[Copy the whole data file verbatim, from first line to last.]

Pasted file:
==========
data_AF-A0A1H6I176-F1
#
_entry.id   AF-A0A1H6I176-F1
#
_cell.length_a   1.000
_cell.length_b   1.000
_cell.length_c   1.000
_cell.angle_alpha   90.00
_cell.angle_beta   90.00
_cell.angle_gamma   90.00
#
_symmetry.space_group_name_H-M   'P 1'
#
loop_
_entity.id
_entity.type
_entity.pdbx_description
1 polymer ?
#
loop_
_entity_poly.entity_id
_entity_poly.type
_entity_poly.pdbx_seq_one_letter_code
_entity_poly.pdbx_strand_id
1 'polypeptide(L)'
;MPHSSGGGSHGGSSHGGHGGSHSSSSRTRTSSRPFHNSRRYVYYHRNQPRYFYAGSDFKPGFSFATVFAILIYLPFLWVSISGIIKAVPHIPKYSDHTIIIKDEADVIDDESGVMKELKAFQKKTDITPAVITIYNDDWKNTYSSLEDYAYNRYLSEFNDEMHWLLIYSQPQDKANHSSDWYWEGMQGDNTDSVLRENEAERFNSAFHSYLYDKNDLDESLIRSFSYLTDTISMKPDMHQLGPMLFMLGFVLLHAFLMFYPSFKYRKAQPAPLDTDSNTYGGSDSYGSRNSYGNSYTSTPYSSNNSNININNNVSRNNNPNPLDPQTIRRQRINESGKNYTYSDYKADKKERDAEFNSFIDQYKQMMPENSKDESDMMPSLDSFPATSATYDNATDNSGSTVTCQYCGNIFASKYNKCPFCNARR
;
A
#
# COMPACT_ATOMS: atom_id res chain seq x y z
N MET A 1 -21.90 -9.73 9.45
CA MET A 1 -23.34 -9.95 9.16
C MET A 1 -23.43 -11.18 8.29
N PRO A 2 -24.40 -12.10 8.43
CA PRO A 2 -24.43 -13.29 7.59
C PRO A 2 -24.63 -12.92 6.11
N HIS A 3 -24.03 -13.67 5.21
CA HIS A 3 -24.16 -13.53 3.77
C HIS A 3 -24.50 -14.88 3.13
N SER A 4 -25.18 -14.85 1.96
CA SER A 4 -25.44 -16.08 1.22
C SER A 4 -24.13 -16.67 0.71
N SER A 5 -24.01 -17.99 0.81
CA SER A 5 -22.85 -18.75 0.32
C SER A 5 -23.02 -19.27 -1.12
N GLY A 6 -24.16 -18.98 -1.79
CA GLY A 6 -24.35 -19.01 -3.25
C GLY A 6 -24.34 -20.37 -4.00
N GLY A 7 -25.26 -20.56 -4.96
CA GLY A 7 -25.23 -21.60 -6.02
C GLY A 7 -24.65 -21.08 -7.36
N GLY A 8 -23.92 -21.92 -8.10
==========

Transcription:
data_AF-A0A1H6I176-F1
#
_entry.id   AF-A0A1H6I176-F1
#
_cell.length_a   1.000
_cell.length_b   1.000
_cell.length_c   1.000
_cell.angle_alpha   90.00
_cell.angle_beta   90.00
_cell.angle_gamma   90.00
#
_symmetry.space_group_name_H-M   'P 1'
#
loop_
_entity.id
_entity.type
_entity.pdbx_description
1 polymer ?
#
loop_
_entity_poly.entity_id
_entity_poly.type
_entity_poly.pdbx_seq_one_letter_code
_entity_poly.pdbx_strand_id
1 'polypeptide(L)'
;MPHSSGGGSHGGSSHGGHGGSHSSSSRTRTSSRPFHNSRRYVYYHRNQPRYFYAGSDFKPGFSFATVFAILIYLPFLWVSISGIIKAVPHIPKYSDHTIIIKDEADVIDDESGVMKELKAFQKKTDITPAVITIYNDDWKNTYSSLEDYAYNRYLSEFNDEMHWLLIYSQPQDKANHSSDWYWEGMQGDNTDSVLRENEAERFNSAFHSYLYDKNDLDESLIRSFSYLTDTISMKPDMHQLGPMLFMLGFVLLHAFLMFYPSFKYRKAQPAPLDTDSNTYGGSDSYGSRNSYGNSYTSTPYSSNNSNININNNVSRNNNPNPLDPQTIRRQRINESGKNYTYSDYKADKKERDAEFNSFIDQYKQMMPENSKDESDMMPSLDSFPATSATYDNATDNSGSTVTCQYCGNIFASKYNKCPFCNARR
;
A
#
# COMPACT_ATOMS: atom_id res chain seq x y z
N MET A 1 -21.90 -9.73 9.45
CA MET A 1 -23.34 -9.95 9.16
C MET A 1 -23.43 -11.18 8.29
N PRO A 2 -24.40 -12.10 8.43
CA PRO A 2 -24.43 -13.29 7.59
C PRO A 2 -24.63 -12.92 6.11
N HIS A 3 -24.03 -13.67 5.21
CA HIS A 3 -24.16 -13.53 3.77
C HIS A 3 -24.50 -14.88 3.13
N SER A 4 -25.18 -14.85 1.96
CA SER A 4 -25.44 -16.08 1.22
C SER A 4 -24.13 -16.67 0.71
N SER A 5 -24.01 -17.99 0.81
CA SER A 5 -22.85 -18.75 0.32
C SER A 5 -23.02 -19.27 -1.12
N GLY A 6 -24.16 -18.98 -1.79
CA GLY A 6 -24.35 -19.01 -3.25
C GLY A 6 -24.34 -20.37 -4.00
N GLY A 7 -25.26 -20.56 -4.96
CA GLY A 7 -25.23 -21.60 -6.02
C GLY A 7 -24.65 -21.08 -7.36
N GLY A 8 -23.92 -21.92 -8.10